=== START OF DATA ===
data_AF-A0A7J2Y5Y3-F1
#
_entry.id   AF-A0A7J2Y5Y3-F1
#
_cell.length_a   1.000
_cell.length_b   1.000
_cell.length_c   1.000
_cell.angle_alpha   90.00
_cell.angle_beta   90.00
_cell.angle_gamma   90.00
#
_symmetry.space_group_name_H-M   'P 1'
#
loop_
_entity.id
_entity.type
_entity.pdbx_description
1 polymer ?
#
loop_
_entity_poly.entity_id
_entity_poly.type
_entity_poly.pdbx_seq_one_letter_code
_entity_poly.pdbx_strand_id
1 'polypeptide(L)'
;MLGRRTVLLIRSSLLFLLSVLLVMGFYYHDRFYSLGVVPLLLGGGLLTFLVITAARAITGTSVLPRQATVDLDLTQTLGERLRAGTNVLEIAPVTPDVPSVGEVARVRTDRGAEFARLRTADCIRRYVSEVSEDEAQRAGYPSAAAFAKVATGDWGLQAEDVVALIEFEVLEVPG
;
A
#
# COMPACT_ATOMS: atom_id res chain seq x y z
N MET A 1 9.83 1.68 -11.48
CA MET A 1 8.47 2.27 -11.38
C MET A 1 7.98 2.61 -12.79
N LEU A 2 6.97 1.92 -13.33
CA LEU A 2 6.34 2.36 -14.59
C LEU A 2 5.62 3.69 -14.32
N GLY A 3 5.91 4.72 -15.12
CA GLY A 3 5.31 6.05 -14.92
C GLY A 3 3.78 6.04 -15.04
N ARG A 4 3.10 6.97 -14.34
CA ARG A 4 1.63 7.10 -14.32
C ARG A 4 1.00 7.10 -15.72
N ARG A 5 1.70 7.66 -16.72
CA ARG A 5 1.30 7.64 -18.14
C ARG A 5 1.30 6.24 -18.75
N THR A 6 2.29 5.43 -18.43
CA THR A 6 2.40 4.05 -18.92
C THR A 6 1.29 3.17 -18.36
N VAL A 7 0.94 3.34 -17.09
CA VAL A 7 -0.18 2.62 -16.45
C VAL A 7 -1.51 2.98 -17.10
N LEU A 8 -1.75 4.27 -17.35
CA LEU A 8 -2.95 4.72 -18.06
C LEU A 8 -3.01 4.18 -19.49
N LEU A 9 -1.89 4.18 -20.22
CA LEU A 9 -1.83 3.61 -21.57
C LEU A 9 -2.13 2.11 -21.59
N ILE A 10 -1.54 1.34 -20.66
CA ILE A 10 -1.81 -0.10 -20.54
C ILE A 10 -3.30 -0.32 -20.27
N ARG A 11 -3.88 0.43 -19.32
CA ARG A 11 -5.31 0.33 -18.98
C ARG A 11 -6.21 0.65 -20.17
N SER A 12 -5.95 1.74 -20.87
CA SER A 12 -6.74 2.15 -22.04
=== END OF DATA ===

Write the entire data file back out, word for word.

data_AF-A0A7J2Y5Y3-F1
#
_entry.id   AF-A0A7J2Y5Y3-F1
#
_cell.length_a   1.000
_cell.length_b   1.000
_cell.length_c   1.000
_cell.angle_alpha   90.00
_cell.angle_beta   90.00
_cell.angle_gamma   90.00
#
_symmetry.space_group_name_H-M   'P 1'
#
loop_
_entity.id
_entity.type
_entity.pdbx_description
1 polymer ?
#
loop_
_entity_poly.entity_id
_entity_poly.type
_entity_poly.pdbx_seq_one_letter_code
_entity_poly.pdbx_strand_id
1 'polypeptide(L)'
;MLGRRTVLLIRSSLLFLLSVLLVMGFYYHDRFYSLGVVPLLLGGGLLTFLVITAARAITGTSVLPRQATVDLDLTQTLGERLRAGTNVLEIAPVTPDVPSVGEVARVRTDRGAEFARLRTADCIRRYVSEVSEDEAQRAGYPSAAAFAKVATGDWGLQAEDVVALIEFEVLEVPG
;
A
#
# COMPACT_ATOMS: atom_id res chain seq x y z
N MET A 1 9.83 1.68 -11.48
CA MET A 1 8.47 2.27 -11.38
C MET A 1 7.98 2.61 -12.79
N LEU A 2 6.97 1.92 -13.33
CA LEU A 2 6.34 2.36 -14.59
C LEU A 2 5.62 3.69 -14.32
N GLY A 3 5.91 4.72 -15.12
CA GLY A 3 5.31 6.05 -14.92
C GLY A 3 3.78 6.04 -15.04
N ARG A 4 3.10 6.97 -14.34
CA ARG A 4 1.63 7.10 -14.32
C ARG A 4 1.00 7.10 -15.72
N ARG A 5 1.70 7.66 -16.72
CA ARG A 5 1.30 7.64 -18.14
C ARG A 5 1.30 6.24 -18.75
N THR A 6 2.29 5.43 -18.43
CA THR A 6 2.40 4.05 -18.92
C THR A 6 1.29 3.17 -18.36
N VAL A 7 0.94 3.34 -17.09
CA VAL A 7 -0.18 2.62 -16.45
C VAL A 7 -1.51 2.98 -17.10
N LEU A 8 -1.75 4.27 -17.35
CA LEU A 8 -2.95 4.72 -18.06
C LEU A 8 -3.01 4.18 -19.49
N LEU A 9 -1.89 4.18 -20.22
CA LEU A 9 -1.83 3.61 -21.57
C LEU A 9 -2.13 2.11 -21.59
N ILE A 10 -1.54 1.34 -20.66
CA ILE A 10 -1.81 -0.10 -20.54
C ILE A 10 -3.30 -0.32 -20.27
N ARG A 11 -3.88 0.43 -19.32
CA ARG A 11 -5.31 0.33 -18.98
C ARG A 11 -6.21 0.65 -20.17
N SER A 12 -5.95 1.74 -20.87
CA SER A 12 -6.74 2.15 -22.04